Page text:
Thus we have a range of annual high-yield loss estimates, from 1.6% to 5.1%:

  • 1.6% based on Moody's 2014 forecast
  • 2.4% based on more than three decades of default and recovery estimates
  • 5.1% based on 13 years of spread and excess return over the last two credit cycles

A liquidity crisis brewing?

Credit risk is not the only type of risk posed by speculative bonds; liquidity risk is another worth special mention. Default-loss estimates calculated above do not include losses (both realized and in the form of opportunity costs) that might be incurred as a result of the inability to sell a bond at a "fair" price. Incidentally, this is a risk not faced by an index, although index values can be influenced by liquidity-stressed prices.

In the evolution of the corporate debt market in recent years, we see three conditions that are increasingly ominous:

1. Mutual funds and ETFs have substantially expanded their footprint in corporate debt.

The percentage of corporate and foreign bonds held by mutual funds and exchange-traded funds (ETFs) has more than doubled in the last decade, rising from 7.4% in 2003 to 16.2% at the end of 2013.² Holdings by insurance companies and pensions — traditionally among the biggest holders of corporate bonds — have dropped from 32.8% to 21.2% over the same period. Insurers and pensions typically hold their bonds to maturity, with payments of principal and interest structured to offset their anticipated liabilities. Mutual funds, on the other hand, offer daily liquidity, which means they must be able to quickly liquidate a portion of their portfolios to meet demand for redemptions. Mutual funds are forced sellers in such conditions, and it is worrisome that the ratio of strong hands (insurers and pensions) to weak hands (mutual funds and ETFs) has decreased so dramatically in the past decade from 4.4 to 1.3.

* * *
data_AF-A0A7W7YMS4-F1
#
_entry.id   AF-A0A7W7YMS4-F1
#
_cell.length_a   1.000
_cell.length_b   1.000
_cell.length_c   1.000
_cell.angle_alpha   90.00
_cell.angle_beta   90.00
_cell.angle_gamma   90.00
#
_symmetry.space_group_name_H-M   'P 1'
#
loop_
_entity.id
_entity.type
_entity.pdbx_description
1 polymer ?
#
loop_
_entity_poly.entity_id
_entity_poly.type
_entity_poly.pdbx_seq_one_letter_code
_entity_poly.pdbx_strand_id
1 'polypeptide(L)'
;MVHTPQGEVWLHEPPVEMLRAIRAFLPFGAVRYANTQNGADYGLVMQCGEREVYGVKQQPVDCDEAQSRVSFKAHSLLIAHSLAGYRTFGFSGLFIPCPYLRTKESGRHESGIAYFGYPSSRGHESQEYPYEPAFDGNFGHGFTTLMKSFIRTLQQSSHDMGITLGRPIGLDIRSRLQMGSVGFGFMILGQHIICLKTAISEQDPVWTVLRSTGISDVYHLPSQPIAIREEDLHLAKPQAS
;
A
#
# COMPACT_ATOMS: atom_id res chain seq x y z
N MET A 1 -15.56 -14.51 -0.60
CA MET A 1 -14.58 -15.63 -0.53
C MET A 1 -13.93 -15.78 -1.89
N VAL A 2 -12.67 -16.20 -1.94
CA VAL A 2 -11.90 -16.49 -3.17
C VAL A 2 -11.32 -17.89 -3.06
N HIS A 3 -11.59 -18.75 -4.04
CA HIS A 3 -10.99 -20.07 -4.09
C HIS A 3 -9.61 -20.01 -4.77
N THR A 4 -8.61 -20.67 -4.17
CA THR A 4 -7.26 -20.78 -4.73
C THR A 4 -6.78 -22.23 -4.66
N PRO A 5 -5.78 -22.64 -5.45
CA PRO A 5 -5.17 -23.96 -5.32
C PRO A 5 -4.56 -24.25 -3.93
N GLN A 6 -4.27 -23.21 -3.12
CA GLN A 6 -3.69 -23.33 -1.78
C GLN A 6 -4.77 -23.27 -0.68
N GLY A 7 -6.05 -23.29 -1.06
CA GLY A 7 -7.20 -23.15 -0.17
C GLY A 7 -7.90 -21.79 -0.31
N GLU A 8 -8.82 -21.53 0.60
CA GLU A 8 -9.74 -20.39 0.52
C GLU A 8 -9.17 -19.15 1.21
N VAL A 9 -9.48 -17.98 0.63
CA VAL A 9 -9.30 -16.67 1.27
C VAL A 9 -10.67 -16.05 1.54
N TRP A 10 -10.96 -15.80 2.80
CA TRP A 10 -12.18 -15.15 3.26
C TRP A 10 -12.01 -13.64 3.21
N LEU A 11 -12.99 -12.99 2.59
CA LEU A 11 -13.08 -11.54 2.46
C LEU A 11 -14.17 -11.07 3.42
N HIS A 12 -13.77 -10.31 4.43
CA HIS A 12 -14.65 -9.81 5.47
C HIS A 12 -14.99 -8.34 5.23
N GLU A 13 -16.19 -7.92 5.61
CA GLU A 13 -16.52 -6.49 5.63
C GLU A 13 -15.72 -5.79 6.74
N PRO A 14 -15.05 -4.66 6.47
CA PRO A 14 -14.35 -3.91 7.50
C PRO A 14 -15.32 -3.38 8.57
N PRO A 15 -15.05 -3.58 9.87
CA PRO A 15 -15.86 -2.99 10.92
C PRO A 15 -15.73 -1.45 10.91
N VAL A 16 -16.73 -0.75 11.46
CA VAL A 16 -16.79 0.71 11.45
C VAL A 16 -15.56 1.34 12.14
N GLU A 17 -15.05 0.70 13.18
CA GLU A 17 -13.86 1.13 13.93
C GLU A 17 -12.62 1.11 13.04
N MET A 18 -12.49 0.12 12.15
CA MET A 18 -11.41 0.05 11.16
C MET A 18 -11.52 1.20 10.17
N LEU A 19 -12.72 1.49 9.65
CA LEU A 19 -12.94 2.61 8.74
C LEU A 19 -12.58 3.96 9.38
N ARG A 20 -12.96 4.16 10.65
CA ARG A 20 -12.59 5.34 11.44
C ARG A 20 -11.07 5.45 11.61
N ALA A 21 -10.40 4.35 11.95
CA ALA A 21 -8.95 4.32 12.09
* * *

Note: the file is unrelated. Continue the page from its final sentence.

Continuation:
2. Dealers have retreated from making markets in corporate debt.

Also worrisome is that corporate bond dealers have reduced their inventories dramatically in relation to the size of the corporate bond market, particularly since 2007. Regulations enacted after the financial crisis cut into the profitability of the market-making role. At the end of 2013, dealer inventories represented just 6.1% of corporate and foreign bonds held by mutual funds and ETFs, down from 42.5% at the end of 2007, and less than half the 12.6% at the end of 2008 in what was then a full-scale liquidity panic.

Retiring baby boomers' need for income has recently pushed up demand for high-yield mutual funds and ETFs, a trend expected to continue for the next 15 years or so. But this source of demand is prone to waves of fear and greed. According to Morningstar, investor returns from taxable bond funds in the 10 years through December 31, 2013, trailed the performance of the funds themselves by 2.24% annually as a result of those investors' poor timing decisions.³ The combination of poor timing and very thin underlying liquidity could be the recipe for major bond market turmoil.

3. Large, return-chasing inflows have encouraged investment managers to load their funds with credit and liquidity risk.

Bonds rated CCC or below as having the highest chance of defaults have been the best performers in high yield over the past three and five years. The pattern continues with B outperforming BB (the high-yield universe is generally agreed to include bonds rated BB+ and lower).

The better returns for fund managers who have taken the most credit risk have attracted more inflows, but those managers have to find something to do with the new money investors send them. Most likely this means buying more of the riskiest bonds. The Wall Street Journal reports that "among the 10 largest US bond funds at the end of 2013, the four with the fastest growth in assets since 2008 held an average 20% of their investments in bonds rated below investment grade…At the remaining six funds, low-rated debt accounted for 1.4% of the portfolio."4

"If you can't join 'em, lick 'em" — Warren Buffet

As managers of the Sextant Global High Income Fund, our investment objectives and constraints more or less require us to hold some high-yield debt.5 So what opportunities are we finding to avoid the excesses we see in the high-yield market? Here are some ideas: